By the time they reach Year 6, Gateway children can add and subtract with ease, confidently manipulating even very large numbers, and understanding that the methods they have learned lower down the school can be applied to millions, billions or to tiny decimal fractions.
This week, the focus was on the sheer variety of methods of adding and subtracting, and ensuring that the most efficient methods were chosen for every calculation. This is part of the joy of maths, realising that it can be creative, that there are a number of routes to the right answer, and that some of them can be quicker, and can involve less potential obstacles than others. Children can become very wedded to particular methods. It is important for them to understand that using column subtraction to find 100 less than 3 million might not be the most efficient approach, and that counting up (like a shopkeeper giving change) is a more effective method.
Part of the skill is in spotting connections between numbers. When looking at 15,082 plus 14,997, for example, we would like our Year 6s to notice that both numbers are close to 15,000. They can double 15,000 and then adjust by adding 82 and subtracting 3 to find their answer. 6,249,730 - 7,999 can also be calculated simply mentally (rather than by using column subtraction) by rounding the smaller number to 8,000 and then adjusting our answer by adding 1.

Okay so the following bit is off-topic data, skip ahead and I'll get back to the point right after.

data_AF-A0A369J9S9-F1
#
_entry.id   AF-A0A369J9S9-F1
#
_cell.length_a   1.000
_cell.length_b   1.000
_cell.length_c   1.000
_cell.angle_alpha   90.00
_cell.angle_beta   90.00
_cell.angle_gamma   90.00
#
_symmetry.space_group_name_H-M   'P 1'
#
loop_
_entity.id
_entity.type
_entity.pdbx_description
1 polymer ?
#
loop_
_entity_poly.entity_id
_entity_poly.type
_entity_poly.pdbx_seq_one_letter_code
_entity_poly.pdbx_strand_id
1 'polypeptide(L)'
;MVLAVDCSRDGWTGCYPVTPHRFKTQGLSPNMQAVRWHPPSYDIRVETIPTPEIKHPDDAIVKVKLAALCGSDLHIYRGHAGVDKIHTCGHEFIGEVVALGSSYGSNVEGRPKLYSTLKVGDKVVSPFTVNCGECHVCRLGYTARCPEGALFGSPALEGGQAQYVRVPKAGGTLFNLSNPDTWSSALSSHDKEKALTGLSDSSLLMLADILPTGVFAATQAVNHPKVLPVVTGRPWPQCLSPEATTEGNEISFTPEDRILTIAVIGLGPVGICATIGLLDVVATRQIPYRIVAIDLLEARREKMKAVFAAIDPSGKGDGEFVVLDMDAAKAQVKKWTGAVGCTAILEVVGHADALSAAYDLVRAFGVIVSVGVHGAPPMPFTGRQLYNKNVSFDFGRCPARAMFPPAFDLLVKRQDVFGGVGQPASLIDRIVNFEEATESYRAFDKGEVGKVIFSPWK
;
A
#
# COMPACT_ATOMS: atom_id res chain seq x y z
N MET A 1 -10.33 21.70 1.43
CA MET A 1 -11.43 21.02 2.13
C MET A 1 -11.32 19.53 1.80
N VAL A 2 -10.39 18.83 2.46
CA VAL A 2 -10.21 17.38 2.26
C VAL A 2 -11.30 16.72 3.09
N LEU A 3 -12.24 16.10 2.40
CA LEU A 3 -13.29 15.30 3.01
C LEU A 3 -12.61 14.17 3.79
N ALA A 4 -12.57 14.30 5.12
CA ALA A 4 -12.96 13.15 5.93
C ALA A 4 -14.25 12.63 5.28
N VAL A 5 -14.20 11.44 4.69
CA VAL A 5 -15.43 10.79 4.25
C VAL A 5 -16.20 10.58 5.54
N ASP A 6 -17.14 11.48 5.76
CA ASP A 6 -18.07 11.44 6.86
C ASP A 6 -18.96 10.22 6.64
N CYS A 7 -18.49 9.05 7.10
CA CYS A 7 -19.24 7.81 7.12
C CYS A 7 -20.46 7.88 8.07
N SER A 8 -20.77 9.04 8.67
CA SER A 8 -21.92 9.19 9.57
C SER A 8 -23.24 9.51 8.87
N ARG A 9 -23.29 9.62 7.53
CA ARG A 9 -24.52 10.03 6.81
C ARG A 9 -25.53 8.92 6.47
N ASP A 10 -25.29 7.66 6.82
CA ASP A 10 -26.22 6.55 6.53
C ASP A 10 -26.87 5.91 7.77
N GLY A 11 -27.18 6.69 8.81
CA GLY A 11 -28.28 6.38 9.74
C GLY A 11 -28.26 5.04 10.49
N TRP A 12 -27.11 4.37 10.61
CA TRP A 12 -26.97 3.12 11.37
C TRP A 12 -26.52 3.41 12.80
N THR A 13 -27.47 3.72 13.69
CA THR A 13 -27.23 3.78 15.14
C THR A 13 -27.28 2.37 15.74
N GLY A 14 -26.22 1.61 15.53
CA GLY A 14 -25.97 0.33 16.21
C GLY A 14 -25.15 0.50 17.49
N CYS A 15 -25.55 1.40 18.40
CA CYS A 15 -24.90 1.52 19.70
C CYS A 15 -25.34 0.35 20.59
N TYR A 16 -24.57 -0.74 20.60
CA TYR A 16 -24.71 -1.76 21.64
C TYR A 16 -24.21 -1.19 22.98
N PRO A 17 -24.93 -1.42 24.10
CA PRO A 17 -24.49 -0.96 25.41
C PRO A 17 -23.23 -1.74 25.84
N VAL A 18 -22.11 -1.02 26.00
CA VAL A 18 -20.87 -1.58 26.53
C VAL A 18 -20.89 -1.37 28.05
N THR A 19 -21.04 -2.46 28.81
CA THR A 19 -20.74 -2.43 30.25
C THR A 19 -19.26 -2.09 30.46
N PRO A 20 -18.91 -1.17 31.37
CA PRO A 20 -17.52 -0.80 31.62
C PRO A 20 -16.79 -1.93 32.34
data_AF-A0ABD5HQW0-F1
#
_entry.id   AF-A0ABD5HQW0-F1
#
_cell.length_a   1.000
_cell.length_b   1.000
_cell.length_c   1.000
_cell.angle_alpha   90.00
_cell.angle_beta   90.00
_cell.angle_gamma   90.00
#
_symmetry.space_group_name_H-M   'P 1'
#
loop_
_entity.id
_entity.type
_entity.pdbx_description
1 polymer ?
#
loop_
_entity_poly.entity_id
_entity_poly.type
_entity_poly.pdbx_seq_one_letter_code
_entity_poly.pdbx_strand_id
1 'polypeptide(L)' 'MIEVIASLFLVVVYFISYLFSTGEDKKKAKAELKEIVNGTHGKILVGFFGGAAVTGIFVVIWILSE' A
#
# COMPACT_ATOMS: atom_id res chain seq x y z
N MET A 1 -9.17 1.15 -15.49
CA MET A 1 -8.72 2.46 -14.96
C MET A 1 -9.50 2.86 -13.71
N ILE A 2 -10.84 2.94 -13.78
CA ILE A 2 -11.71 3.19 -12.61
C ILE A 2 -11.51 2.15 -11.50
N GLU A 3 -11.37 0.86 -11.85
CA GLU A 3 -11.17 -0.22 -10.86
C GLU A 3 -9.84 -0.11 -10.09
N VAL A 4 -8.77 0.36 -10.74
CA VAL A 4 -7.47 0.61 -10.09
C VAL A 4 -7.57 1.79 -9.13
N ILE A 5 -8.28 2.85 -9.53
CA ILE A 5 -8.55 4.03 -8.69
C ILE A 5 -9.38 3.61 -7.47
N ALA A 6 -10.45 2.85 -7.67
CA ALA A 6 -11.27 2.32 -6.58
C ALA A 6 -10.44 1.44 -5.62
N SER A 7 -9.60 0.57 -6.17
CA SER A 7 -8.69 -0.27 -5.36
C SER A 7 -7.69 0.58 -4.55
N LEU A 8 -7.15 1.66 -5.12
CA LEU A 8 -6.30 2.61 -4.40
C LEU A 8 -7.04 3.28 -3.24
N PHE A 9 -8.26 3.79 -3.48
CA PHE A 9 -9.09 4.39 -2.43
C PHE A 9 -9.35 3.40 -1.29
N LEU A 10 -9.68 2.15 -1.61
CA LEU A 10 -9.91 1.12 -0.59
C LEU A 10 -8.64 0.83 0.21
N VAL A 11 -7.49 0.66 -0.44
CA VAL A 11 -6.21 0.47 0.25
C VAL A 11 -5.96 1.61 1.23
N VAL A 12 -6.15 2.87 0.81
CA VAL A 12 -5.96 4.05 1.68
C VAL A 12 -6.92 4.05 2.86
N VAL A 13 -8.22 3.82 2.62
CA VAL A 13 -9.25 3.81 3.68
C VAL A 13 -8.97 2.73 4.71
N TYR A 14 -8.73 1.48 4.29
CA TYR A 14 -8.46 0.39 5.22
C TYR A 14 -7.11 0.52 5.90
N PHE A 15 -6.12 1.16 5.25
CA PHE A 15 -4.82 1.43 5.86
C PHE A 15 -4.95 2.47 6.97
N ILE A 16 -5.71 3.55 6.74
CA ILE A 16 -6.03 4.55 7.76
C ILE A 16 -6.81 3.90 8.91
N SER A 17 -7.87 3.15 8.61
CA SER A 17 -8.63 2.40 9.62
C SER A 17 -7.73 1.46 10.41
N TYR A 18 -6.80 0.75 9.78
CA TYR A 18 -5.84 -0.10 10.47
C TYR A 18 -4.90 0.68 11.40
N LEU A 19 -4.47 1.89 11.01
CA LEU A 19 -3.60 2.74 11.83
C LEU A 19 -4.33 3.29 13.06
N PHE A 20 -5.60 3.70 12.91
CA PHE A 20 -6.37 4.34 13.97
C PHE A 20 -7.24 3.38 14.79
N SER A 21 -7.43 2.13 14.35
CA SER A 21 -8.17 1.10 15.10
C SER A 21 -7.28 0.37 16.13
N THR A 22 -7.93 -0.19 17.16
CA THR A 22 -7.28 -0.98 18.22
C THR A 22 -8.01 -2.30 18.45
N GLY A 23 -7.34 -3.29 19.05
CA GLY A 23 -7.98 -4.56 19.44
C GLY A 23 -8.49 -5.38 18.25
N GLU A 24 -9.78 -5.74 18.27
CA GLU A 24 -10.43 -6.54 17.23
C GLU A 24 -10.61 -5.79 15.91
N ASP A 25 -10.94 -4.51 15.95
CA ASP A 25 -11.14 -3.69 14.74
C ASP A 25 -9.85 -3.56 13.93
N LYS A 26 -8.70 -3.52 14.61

Year 6 used their ‘number sense’ this week to help them identify patterns and solve a range of different reasoning tasks this week. Here’s one they did for you to try:
Five numbers are added together in pairs to produce the following answers:
What are the five numbers?
Year 6 quickly spotted that at least one of the numbers must be a negative one. Can you work out the rest?
Flexible thinking and pattern spotting will be useful for all our children as they progress through school, and through life. We all know that calculators begin to take the strain of number-crunching work as we get older, but creativity in problem-solving remains our domain.